Summer rugby has finally arrived and it’s taken only 25 years and a world-wide pandemic to make it happen - Peter Smith’s Inside Rugby League

WELCOME TO rugby league’s first summer season, a quarter of a century after Super League was launched.

Thursday, 25th March 2021, 8:35 pm

Way back in 1996, the competition began on March 29, but that year saw the transition from winter to summer rugby and there was no off- or pre-season.

Super League kicked off in April two years later, but in that - and other seasons early in the competition’s history - competitive rugby began with the opening rounds of the Challenge Cup, from February onwards.

Since its debut year, Super League has been creeping steadily earlier and a February - or even late-January - start is now the norm.

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Paris St Germain and Sheffield Eagles players run through a tunnel of fireworks and enter the pitch for the start of Super League at Stade Charetly in March, 1996. Picture: Matthew Ashton/PA.

But a year ago rugby league came to a sudden halt, because of the coronavirus pandemic, which had the knock-on effect of delaying the 2020 Grand Final until the end of November and this year’s opening round to March 26, in three days’ time.

The season actually began last week, when eight Betfred Challenge Cup ties were played and rugby league returned with mixed feelings.

It is good to have the sport back, of course - particularly in what is such a crucial year, concluding in a home World Cup - but, for the first couple of months at least, it will be a watered down version of the game.

After last year’s behind-closed-doors Grand Final, everyone hoped and probably half-expected at least some fans to be present when Super League resumed. Sadly, that is not the case and the opening two rounds will, like much of last year, be staged at a single venue each, Emerald Headingley this week and then St Helens’ TW Stadium.

Robert Elstone has stood down as executive chairman of Super League Europe. Picture: SimonWilkinson/

After that, it reverts to a home and away basis, but with - because every game is being either streamed on the internet or televised live Sky - some bizarre kick-off times. So, for example, on Friday, April 23, Leeds Rhinos are at Hull KR for a 6pm kick-off and, on the other side of the same city, Wakefield Trinity meet Hull at 7.45pm.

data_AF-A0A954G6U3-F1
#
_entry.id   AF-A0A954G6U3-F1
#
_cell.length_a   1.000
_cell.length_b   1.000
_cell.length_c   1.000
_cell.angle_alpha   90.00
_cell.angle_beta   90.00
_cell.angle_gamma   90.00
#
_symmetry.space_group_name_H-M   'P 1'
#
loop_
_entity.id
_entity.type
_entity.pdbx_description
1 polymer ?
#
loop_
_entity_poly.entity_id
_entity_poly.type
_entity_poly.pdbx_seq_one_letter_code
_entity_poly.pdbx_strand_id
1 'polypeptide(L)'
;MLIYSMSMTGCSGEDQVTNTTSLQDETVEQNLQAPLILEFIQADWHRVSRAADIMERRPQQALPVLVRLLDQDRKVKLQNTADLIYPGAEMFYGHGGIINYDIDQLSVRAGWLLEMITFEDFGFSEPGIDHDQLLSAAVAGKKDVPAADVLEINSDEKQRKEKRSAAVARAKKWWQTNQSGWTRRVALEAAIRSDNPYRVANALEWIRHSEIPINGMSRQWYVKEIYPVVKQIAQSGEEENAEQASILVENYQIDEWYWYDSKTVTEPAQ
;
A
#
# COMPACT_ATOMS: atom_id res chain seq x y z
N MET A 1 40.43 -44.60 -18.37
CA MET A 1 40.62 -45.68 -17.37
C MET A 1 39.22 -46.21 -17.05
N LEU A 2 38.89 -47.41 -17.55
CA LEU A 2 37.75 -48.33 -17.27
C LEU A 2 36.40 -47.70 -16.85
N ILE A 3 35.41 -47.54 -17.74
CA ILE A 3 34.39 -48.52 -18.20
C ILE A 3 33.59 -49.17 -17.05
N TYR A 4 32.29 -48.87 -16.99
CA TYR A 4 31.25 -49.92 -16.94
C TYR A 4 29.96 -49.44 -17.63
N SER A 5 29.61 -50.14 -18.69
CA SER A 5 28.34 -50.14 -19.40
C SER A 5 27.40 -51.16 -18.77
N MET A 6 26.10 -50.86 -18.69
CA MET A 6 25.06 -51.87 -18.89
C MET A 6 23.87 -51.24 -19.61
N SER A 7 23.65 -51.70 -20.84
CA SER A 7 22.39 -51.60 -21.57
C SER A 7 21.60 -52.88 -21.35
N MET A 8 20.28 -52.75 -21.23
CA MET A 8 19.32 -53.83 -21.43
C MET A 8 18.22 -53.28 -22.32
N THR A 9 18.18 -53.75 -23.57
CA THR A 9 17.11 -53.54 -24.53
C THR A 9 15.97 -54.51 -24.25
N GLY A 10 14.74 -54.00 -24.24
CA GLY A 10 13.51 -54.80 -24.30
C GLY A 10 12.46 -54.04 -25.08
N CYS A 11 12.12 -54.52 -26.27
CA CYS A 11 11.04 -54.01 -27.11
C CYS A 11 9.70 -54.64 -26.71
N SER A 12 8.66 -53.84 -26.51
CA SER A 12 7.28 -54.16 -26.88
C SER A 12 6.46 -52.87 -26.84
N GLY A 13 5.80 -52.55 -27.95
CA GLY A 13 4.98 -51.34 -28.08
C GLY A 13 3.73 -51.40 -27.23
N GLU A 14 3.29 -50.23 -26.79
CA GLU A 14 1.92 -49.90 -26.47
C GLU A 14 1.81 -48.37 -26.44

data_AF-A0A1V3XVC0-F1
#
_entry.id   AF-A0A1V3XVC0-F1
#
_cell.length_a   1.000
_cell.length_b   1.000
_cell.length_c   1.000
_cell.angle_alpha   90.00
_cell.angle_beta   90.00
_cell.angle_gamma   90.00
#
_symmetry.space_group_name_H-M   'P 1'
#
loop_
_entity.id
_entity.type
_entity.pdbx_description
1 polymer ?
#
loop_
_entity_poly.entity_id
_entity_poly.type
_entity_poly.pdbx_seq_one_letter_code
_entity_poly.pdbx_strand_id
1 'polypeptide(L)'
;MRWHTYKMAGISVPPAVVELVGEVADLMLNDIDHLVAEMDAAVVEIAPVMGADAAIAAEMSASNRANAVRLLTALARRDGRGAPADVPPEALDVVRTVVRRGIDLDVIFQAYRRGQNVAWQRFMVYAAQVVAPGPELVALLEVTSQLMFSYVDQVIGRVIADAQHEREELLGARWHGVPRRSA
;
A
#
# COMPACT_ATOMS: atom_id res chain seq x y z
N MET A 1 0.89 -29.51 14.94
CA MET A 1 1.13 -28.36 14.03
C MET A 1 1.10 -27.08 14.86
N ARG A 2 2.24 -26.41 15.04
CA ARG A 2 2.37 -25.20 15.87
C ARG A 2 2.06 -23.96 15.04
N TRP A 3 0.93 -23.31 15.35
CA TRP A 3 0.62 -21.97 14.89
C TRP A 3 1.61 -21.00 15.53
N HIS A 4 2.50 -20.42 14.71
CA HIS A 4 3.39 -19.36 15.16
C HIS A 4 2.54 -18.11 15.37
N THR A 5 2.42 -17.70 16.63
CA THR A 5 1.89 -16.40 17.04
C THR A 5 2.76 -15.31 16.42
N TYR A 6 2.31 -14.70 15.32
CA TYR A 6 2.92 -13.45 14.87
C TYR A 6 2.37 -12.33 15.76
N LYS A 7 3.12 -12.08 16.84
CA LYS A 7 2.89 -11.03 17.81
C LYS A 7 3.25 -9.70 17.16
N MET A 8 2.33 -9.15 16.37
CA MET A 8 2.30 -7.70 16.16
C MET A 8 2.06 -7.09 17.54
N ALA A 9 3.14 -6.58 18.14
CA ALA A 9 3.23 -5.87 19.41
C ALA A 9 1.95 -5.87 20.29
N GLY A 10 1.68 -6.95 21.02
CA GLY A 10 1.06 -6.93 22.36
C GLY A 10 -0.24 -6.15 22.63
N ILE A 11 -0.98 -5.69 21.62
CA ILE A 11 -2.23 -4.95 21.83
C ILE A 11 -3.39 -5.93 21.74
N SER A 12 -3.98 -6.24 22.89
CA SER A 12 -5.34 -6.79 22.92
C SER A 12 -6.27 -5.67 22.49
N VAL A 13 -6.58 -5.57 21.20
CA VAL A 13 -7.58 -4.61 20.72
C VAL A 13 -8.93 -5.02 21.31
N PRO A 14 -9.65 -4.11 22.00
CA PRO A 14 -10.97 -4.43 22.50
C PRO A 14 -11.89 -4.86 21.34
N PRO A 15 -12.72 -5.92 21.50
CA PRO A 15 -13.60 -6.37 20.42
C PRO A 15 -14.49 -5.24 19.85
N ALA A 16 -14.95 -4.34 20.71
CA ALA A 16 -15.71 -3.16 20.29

Under the government’s current roadmap out of lockdown, a limited number of spectators will be allowed into stadiums from May 17, but that was the plan for the end of September last year and new restrictions prevented it at late notice, so nobody will be getting their hopes up.

Crowd sound effects have limited the impact for television viewers, but the sport isn’t the same without fans in stadiums and the players have done remarkably well so far to keep their minds on the job and, since the resumption last August, produce some thrilling, high-quality rugby. It wasn’t easy last year, particularly late on in the campaign when teams were playing three times in a week.

That’s going to be the case again this season and won’t help England’s chances in the World Cup, against NRL-based players who will be much fresher when the time comes.

Chief executive of the Rugby Football League, Ralph Rimmer. Picture: Anthony Devlin/PA Wire.

It would have made more sense to do away with the loop fixtures - including the first two rounds - and have a less-packed season.

Staging a full round of Super League matches on the same weekend as England’s mid-season Test against Combined Nations All Stars is also a mistake and illustrates the problem of having two governing bodies.

The most likely outcome of Robert Elstone’s departure from his role as Super League’s executive chairman is an eventual reunification with the Rugby Football League (RFL), which would make sense. Until then, the politics surrounding the running of the sport will remain in the background, ready to emerge and upset the applecart any time something positive happens.

Both governing bodies deserve credit for keeping rugby league going during what has probably been the most challenging period in the sport’s history, though the loss of Toronto Wolfpack is a wound which will take a long time to heal.

The RFL has many critics and they are often justified but, under chief executive Ralph Rimmer, it has had a ‘good pandemic’.

The latest positive move is the Tackle It initiative against racism and other forms of discrimination.

Any perceived political element has been removed so when players take a stand - or knee - before games, it is clear their message is simply that everyone should be treated equally. Nobody can argue with that, surely.

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